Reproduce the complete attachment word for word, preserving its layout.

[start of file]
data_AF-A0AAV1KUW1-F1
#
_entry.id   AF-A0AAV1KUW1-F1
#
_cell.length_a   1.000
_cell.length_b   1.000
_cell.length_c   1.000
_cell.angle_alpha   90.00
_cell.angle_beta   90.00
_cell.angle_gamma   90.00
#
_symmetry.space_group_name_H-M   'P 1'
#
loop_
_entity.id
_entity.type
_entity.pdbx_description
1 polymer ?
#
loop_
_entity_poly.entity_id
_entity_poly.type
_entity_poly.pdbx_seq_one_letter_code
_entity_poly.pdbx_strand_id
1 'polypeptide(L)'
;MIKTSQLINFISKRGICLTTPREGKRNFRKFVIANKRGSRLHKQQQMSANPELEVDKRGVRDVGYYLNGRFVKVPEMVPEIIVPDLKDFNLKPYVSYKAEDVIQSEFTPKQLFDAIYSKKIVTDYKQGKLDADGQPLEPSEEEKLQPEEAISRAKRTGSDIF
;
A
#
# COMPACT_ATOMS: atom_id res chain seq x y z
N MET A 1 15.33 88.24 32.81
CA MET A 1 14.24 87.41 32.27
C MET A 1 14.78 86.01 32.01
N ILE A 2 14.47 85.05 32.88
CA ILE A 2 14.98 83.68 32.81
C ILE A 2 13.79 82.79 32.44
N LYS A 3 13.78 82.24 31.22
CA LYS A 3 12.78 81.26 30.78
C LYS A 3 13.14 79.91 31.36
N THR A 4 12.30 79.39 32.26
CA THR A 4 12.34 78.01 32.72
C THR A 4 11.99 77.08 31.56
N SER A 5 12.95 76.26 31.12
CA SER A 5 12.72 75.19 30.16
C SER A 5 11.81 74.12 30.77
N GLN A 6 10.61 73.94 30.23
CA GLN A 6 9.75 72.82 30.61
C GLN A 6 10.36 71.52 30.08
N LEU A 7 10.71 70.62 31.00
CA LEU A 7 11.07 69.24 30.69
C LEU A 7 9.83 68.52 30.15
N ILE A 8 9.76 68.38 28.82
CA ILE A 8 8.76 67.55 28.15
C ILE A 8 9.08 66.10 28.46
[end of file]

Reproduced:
data_AF-A0AAV1KUW1-F1
#
_entry.id   AF-A0AAV1KUW1-F1
#
_cell.length_a   1.000
_cell.length_b   1.000
_cell.length_c   1.000
_cell.angle_alpha   90.00
_cell.angle_beta   90.00
_cell.angle_gamma   90.00
#
_symmetry.space_group_name_H-M   'P 1'
#
loop_
_entity.id
_entity.type
_entity.pdbx_description
1 polymer ?
#
loop_
_entity_poly.entity_id
_entity_poly.type
_entity_poly.pdbx_seq_one_letter_code
_entity_poly.pdbx_strand_id
1 'polypeptide(L)'
;MIKTSQLINFISKRGICLTTPREGKRNFRKFVIANKRGSRLHKQQQMSANPELEVDKRGVRDVGYYLNGRFVKVPEMVPEIIVPDLKDFNLKPYVSYKAEDVIQSEFTPKQLFDAIYSKKIVTDYKQGKLDADGQPLEPSEEEKLQPEEAISRAKRTGSDIF
;
A
#
# COMPACT_ATOMS: atom_id res chain seq x y z
N MET A 1 15.33 88.24 32.81
CA MET A 1 14.24 87.41 32.27
C MET A 1 14.78 86.01 32.01
N ILE A 2 14.47 85.05 32.88
CA ILE A 2 14.98 83.68 32.81
C ILE A 2 13.79 82.79 32.44
N LYS A 3 13.78 82.24 31.22
CA LYS A 3 12.78 81.26 30.78
C LYS A 3 13.14 79.91 31.36
N THR A 4 12.30 79.39 32.26
CA THR A 4 12.34 78.01 32.72
C THR A 4 11.99 77.08 31.56
N SER A 5 12.95 76.26 31.12
CA SER A 5 12.72 75.19 30.16
C SER A 5 11.81 74.12 30.77
N GLN A 6 10.61 73.94 30.23
CA GLN A 6 9.75 72.82 30.61
C GLN A 6 10.36 71.52 30.08
N LEU A 7 10.71 70.62 31.00
CA LEU A 7 11.07 69.24 30.69
C LEU A 7 9.83 68.52 30.15
N ILE A 8 9.76 68.38 28.82
CA ILE A 8 8.76 67.55 28.15
C ILE A 8 9.08 66.10 28.46